Every few decades, the finance industry gets disrupted by a hot new investing trend.
In the late-1980s and 1990s, the mutual fund industry boomed.
Soon after, exchange-traded funds started to appear, and, by the early 2000s, were extremely popular.
Investors liked their low trading costs and ability to deliver benchmark returns by tracking an index, a commodity, bonds, or a basket of assets.
ETFs traded like a common stock on an exchange and were therefore easy to buy and sell.
Now, investors appear to be enchanted by smart beta strategies.
Smart beta ETFs are carefully constructed indexes that rank stocks by traits other than their market value, the standard methodology employed by traditional benchmarks, such as the Standard & Poor’s 500.
Instead, these products focus on “factors,” such as growth, value, dividends, volatility or other financial metrics that offer the possibility of market-beating performance and reduced portfolio risk.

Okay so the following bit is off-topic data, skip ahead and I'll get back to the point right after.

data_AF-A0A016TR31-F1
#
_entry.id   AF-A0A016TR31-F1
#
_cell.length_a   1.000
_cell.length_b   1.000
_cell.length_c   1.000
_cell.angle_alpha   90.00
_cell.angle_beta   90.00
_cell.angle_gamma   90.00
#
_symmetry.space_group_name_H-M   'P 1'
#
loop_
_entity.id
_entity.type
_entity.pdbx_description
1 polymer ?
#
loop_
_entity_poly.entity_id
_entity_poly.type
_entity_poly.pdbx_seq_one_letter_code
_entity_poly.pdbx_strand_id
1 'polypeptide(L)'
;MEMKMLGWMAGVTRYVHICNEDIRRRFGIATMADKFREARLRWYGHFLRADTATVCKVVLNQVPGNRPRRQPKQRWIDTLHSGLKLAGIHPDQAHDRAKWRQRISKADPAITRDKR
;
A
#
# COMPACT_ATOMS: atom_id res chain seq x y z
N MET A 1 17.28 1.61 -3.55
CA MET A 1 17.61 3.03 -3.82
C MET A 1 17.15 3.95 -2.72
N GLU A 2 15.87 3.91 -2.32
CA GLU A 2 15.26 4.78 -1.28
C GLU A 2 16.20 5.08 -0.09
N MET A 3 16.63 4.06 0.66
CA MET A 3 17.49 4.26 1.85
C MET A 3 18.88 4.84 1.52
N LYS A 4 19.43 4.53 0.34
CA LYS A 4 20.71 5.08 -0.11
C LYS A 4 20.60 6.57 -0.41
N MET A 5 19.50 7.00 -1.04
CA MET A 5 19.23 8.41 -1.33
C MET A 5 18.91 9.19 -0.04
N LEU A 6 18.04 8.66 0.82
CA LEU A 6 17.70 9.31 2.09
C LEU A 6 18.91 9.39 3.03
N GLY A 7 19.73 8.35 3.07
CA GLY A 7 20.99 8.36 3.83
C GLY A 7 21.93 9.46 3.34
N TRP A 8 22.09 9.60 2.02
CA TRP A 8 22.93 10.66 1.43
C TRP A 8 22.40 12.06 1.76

Broadly speaking, smart beta assets under management have more than doubled since 2012, and now top $500 billion, according to Morningstar.
If you zero in on just smart beta ETFs, assets under management are now about about $316 billion. BlackRock — the world’s largest ETF provider — predicts the smart beta funds could blow by the $1 trillion mark by 2020.
What’s behind the explosive growth?
For investors seeking higher, risk-adjusted returns, smart beta strategies may be worth a look.
Such financial products combine elements of passive index-tracking and active fund management to deliver the best of both worlds: transparent construction, diversification, and potentially enhanced returns—all at a relatively low cost.
Some 45% of smart beta funds surveyed by BlackRock last year had expense ratios below 50 basis points.
Academic research by MSCI and other investment firms suggests that “factor investing” may offer improved long-term portfolio returns with possibly less risk.
Smart beta products come in all flavors.
Some smart beta ETFs are pretty straightforward, but others are based on complex methodologies.
So, definitely read the prospectus, check out the provider’s website, and consult an investment professional, if need be, to make sure you’re adequately informed.
Consider, too, that smart beta ETFs are rebalanced on a regular basis to better meet the investing goals set by the portfolio manager. The resulting higher turnover may have associated commissions and tax implications that need to be considered.
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